A tool better prognosis for brain cancer (glioblastoma)

Oct 6, 2016 | | Say something

Patients Glioblastoma is a highly invasive, rapidly progressive cancer that has withstood various types of treatment. Given a very short half hope of survival, it is important to improve diagnostic capabilities before and at the time of surgery.


 A Better Prognostic Tool For Brain Cancer (Glioblastoma) Patients A better prognosis tool for brain cancer (glioblastoma) Patients

A new nano-made platform for observation of brain cancer cells provides a much more detailed view of how cells migrate and a more accurate prognosis after surgery for brain cancer (glioblastoma) patients.

A new nano-made platform allows cells of brain cancer to be observed individually, and isolates a particularly aggressive subset of cells. This small group of cells plays a key role in making such glioblastoma deadly form of cancer. “

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By creating a similar environment to which glioblastoma cells naturally navigate, Yale and Hopkins researchers were able to accurately predict clinical outcomes of patients with brain cancer 14 enrolled in a recent study. The results are published in the journal Cell Reports .

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Prof. Andre Levchenko, director of Systems Biology Institute and Yale University Professor John C. Malone of Biomedical Engineering, said the platform allows cells to be observed individually, and isolates a subset of particularly aggressive cells. This small group of cells plays a critical role in making such glioblastoma deadly form of cancer.

“Now we can analyze all these effects at the level of a single cell, which is important because there are several subpopulations of cells in the tumor,” Levchenko, a co-author of the study. “A tumor cell is a community – not just one type of cell.”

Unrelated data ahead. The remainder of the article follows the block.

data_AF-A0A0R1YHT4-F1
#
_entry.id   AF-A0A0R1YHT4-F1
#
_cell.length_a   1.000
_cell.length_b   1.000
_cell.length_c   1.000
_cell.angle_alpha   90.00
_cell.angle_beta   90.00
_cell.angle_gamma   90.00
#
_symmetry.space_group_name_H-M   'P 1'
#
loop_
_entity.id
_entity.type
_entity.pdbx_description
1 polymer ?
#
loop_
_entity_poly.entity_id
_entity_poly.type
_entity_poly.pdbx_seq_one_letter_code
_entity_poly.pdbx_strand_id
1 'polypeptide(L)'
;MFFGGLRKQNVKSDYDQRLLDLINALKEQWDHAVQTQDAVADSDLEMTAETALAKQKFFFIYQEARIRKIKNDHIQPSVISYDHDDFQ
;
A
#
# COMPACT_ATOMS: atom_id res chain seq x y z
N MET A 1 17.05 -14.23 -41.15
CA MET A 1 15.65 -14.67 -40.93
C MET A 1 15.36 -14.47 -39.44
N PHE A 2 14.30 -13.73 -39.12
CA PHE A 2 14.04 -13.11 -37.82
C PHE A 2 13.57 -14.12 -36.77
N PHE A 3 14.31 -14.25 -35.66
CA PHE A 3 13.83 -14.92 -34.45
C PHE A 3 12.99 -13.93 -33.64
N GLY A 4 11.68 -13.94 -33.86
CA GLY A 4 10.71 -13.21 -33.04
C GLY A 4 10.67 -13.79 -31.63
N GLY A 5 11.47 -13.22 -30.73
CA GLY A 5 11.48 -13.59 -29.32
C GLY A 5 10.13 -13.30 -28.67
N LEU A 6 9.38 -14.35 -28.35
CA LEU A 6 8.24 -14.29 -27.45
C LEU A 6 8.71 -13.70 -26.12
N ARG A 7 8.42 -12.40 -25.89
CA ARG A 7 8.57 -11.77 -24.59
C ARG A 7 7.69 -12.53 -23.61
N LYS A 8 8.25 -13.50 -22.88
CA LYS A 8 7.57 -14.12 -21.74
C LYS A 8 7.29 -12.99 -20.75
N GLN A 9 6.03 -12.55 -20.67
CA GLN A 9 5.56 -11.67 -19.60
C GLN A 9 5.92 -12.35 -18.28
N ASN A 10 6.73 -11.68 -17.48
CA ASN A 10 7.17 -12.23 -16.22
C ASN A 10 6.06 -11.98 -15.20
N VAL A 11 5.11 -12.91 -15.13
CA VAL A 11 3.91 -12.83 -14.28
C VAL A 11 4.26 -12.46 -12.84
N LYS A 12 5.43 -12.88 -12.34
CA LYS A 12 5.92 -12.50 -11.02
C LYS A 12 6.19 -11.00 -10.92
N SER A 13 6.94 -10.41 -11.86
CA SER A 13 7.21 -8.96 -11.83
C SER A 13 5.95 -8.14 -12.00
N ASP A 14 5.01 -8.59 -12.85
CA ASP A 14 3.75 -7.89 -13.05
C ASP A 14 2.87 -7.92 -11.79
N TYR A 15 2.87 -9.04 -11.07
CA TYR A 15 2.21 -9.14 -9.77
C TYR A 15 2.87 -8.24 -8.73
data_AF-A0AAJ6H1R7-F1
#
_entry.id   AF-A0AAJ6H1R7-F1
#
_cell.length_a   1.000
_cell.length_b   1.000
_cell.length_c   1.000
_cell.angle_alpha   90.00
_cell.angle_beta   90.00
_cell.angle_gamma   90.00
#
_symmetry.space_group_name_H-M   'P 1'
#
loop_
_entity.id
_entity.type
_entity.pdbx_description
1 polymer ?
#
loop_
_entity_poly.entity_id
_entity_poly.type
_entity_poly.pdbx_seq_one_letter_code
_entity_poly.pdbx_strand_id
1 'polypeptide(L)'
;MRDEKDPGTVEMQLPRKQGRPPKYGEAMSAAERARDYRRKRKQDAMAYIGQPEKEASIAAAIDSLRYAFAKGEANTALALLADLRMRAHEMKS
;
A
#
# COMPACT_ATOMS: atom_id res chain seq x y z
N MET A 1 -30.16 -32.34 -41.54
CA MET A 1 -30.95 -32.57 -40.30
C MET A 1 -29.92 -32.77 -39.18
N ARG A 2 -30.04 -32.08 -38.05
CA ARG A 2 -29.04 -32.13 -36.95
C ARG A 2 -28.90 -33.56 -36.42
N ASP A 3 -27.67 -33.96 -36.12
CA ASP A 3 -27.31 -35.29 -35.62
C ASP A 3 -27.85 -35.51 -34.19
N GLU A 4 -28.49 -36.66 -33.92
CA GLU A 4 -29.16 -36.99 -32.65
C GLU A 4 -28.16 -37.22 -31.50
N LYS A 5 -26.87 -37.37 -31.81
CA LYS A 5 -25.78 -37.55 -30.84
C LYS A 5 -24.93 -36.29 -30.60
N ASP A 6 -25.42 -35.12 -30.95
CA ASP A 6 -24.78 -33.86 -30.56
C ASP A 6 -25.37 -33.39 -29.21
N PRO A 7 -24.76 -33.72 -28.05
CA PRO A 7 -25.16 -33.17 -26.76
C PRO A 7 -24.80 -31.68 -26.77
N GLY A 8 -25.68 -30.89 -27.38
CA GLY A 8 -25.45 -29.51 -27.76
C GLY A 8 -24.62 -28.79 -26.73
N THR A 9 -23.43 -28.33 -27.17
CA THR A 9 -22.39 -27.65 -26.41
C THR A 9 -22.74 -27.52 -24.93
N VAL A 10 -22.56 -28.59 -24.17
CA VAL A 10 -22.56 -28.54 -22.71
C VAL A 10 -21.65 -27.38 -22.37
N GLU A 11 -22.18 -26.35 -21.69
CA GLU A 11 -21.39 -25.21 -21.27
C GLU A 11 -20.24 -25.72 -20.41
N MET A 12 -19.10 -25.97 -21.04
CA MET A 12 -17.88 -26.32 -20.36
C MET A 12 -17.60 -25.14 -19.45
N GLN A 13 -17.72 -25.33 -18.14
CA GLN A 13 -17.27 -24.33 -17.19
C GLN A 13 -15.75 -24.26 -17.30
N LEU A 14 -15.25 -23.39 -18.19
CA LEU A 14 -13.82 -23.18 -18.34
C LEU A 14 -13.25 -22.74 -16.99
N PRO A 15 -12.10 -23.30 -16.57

Conversely, genetic analyzes are in many different cells at a time, and crucial details are lost. As a result, these tests provide little information to predict patient outcomes.

To create the right environment, the researchers designed a polymer nanostructure that mimics certain aspects of the architecture of the brain tissue. Unlike a flat and hard Petri dish, this environment provides cells with a fibrous structure.

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In this environment – a sort of semicircular structures between two dimensions and three dimensions – the behavior of cells reflects the cell in the actual brain tissue, particularly in the presence of platelet-derived growth factor (PDGF), a molecule that is naturally found in brain tumors.

“Surprisingly, we could predict how many months would pass before a specific tumor would be repeated by observing how the cells are removed surgically moved later,” Levchenko said.

Levchenko said introduction of PDGF was key to see the differences among patients. The cells reacted very strongly to PDGF in cells of some patients, while there was little effect with other patients. The response to this signal was particularly strong in the subset of aggressive cells. “That’s where the important differences between patients turned out to be,” Levchenko said.

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For comparison, the researchers also observed cells placed in a petri dish. In that environment, glioblastoma cells were much more passive and does not respond to changes in chemical signals, including PDGF. This highlights the importance of placing the patient’s cells in a suitable environment for diagnostic and prognostic tests.

In addition to developing a more accurate prognosis, the researchers believe the technology could lead to new therapies and better match existing for specific patients, an objective of the Institute for Systems Biology at Yale.

The initial analysis of the 14 patients was conducted at Johns Hopkins, and the platform is being integrated into the clinical setting at Yale University, Johns Hopkins University and the Mayo Clinic.

Source: Newswise

This article was originally published on medindia.net

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